[rightcolumn]This should appear in the right column.[/rightcolumn]

and then Publish the Post, looking at the source code of the published page, I should see:

<div class="rightcolumn"><p>This should appear in the right column.</p></div>

The second part of code:

[sourcecode language=”PHP”]
// Top
function basic_topcolumn($atts, $content = null) {
return ‘<div class="<span class=">topcolumn">’ . $content . ‘</div>’;
}
add_shortcode("topcolumn", "basic_topcolumn");
[/sourcecode]

sets up another new WordPress Shortcode,[topcolumn][/topcolumn], that maybe necessary depending on how your theme is laid out. The biggest advantage I see with the [topcolumn] is that you can use it right after the [leftcolumn] and [rightcolumn] to fix any CSS float issues.

The final part of code:

[sourcecode language=”PHP”]
// Left
function basic_leftcolumn($atts, $content = null) {
return ‘<div class="<span class=">leftcolumn">’ . $content . ‘</div>’;
}
add_shortcode("leftcolumn", "basic_leftcolumn");
[/sourcecode]

adds <div class="leftcolumn"><p></p></div> to whatever is enclosed in the [leftcolumn][/leftcolumn] Shortcode.

Now you need to style those divs appropriately in order for the two columns to appear. This is what I use in my style sheet, but you mileage may vary:

[sourcecode language=”CSS”]
.entry .leftcolumn, .entry .rightcolumn {width: 50%; }
.entry .leftcolumn {float: left;  }
.entry .rightcolumn {float: right; }
.entry .leftcolumn p {padding-right: 0.5em; }
.entry .rightcolumn p {padding-left: 0.5em; }
.entry .topcolumn {clear: both; }
[/sourcecode]

Now to use this, you start a new Post or you can edit an existing Post, and decide where you want the 2-columns to appear and write:

[leftcolumn]This is the stuff that I'll be putting in my left column.[/leftcolumn]
[rightcolumn]This is the stuff that will go into the right column. Isn't it pretty?[/rightcolumn]
[topcolumn]This will span the entire width and be a normal one-column paragraph.[/topcolumn]

With the Shortcodes, you can put them next to each other or do a hard-return, it doesn’t matter. In actuality, the WordPress Visual Editor will probably move it all to one line. You can also put [rightcolumn] before the [leftcolumn] as the right column will always be right so long as you have the CSS correct.

wordpress-two-column-post-visual-editor-sample

The only thing you can’t do is something like this:

[leftcolumn]This is the stuff that I'll be putting in my left column.[/leftcolumn]
[topcolumn]This will span the entire width and be a normal one-column paragraph.[/topcolumn]
[rightcolumn]This is the stuff that will go into the right column. Isn't it pretty?[/rightcolumn]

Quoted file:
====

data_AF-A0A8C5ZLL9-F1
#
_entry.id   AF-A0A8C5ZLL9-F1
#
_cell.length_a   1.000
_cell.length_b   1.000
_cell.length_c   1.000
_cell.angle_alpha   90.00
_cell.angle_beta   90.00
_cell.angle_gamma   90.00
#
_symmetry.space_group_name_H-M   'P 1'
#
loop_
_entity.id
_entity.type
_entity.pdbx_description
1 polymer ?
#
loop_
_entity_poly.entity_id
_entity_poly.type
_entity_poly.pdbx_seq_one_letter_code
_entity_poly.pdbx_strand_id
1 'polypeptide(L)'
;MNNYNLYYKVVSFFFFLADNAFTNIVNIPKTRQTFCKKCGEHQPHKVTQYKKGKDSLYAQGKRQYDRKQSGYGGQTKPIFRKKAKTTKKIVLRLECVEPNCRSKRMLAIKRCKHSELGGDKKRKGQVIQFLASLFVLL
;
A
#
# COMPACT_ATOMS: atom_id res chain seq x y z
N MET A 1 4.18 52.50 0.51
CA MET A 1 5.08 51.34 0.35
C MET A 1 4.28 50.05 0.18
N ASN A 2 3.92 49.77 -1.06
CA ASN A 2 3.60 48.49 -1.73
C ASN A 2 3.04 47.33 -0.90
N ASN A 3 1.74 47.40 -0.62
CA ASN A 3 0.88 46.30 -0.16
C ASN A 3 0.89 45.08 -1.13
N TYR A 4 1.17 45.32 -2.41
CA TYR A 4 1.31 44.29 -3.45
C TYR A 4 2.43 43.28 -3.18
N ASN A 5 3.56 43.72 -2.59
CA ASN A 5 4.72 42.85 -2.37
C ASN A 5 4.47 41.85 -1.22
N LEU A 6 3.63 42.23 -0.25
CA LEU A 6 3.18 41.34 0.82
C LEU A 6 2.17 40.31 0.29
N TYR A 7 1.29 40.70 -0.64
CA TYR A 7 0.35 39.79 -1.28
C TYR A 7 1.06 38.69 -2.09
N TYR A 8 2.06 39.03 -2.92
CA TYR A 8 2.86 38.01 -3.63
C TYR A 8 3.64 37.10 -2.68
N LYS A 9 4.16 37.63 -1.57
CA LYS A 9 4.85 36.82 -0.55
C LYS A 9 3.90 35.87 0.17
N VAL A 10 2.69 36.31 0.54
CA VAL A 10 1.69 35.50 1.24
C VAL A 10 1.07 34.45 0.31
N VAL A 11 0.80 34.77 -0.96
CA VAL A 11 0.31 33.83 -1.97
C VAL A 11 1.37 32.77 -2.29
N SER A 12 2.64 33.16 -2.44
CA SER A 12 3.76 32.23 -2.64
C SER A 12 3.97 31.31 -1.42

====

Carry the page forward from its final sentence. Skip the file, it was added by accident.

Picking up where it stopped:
as you’ll have some weird styling errors.

Example

[left-column]It wouldn’t be any good without a sample to show right? So if you copied the code and put it in the functions.php file correctly, then in the WordPress Post Editor, you should be able to use the new Shortcodes to create a two-column post article. Also don’t forget that you need to style the divs in-order for this to work properly.[/left-column] [right-column]If you notice that you still only have one-column, but no errors, check your source code for the chunk of code to see if it the Shortcode is being properly called. If it is, that means you’re missing the style information in the style sheet.[/right-column] [top-column]Here’s a wide column that returns to “normal” and spans the entire width. You don’t necessarily need to use the [topcolumn] Shortcode, but if you notice that your having design float issues, then you need to use the
[topcolumn] Shortcode on the paragraph immediately following the two columns. Make sure you have clear: both; entered into your style sheet under.topcolumn.

I would recommend doing this as good practice anyways; especially if one column is longer than the other column.[/top-column]

Conclusion

There are a number of ways you can accomplish two-column post layouts. There a number of jQuery techniques including this WordPress plugin that accomplishes the task but I’m a big fan of less. The less plugins you have to use, the faster your website will load. Also you want to make it as easy as possible for non-techie writers to be able to implement easily. One of the hardest part is to have the non-techie writer try to use the HTML Editor, see a garble of code, mess around and everything is screwed up. Extreme case, but it happens. With the use of WordPress Shortcodes, they can easily implement the feature from the Visual Editor and focus on writing.